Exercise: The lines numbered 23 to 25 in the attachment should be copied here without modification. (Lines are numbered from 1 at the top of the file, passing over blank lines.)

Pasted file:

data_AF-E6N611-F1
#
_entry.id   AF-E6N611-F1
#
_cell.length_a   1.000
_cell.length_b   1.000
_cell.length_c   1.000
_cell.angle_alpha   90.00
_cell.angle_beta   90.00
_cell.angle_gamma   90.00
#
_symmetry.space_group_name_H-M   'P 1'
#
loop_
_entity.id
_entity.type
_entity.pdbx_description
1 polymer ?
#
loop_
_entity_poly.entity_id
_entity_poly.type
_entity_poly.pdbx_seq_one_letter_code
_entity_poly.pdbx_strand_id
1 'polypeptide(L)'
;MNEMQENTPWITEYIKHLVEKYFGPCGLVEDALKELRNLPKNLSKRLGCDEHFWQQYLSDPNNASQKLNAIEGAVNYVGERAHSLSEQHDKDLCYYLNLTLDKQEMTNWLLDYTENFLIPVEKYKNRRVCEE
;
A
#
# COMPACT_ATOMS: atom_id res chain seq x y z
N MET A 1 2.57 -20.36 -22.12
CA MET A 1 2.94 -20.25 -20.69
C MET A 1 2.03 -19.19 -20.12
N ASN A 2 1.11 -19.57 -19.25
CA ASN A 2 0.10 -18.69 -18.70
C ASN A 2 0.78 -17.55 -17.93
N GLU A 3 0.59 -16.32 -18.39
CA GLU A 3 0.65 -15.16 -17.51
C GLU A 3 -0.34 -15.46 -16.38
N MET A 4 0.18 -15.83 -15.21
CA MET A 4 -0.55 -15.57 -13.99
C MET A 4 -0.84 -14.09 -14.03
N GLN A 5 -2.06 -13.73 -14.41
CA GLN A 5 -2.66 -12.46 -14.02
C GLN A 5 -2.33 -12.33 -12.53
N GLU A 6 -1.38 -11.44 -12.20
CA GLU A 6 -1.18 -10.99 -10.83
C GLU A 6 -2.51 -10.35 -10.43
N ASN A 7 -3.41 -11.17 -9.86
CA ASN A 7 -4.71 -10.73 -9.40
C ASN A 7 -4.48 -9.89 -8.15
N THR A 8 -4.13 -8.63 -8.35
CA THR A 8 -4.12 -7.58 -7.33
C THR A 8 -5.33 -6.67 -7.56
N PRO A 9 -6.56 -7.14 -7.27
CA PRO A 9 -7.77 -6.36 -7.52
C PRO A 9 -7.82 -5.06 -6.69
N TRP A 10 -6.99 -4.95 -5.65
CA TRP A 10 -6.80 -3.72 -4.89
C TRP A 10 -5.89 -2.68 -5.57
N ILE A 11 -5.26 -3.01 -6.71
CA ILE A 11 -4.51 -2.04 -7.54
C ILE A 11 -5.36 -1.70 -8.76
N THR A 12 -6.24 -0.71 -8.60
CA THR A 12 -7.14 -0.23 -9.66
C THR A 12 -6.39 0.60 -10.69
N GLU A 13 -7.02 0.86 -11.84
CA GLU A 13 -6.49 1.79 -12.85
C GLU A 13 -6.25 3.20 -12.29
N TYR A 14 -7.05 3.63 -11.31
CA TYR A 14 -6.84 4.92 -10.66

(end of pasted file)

_entity_poly.pdbx_seq_one_letter_code
_entity_poly.pdbx_strand_id
1 'polypeptide(L)'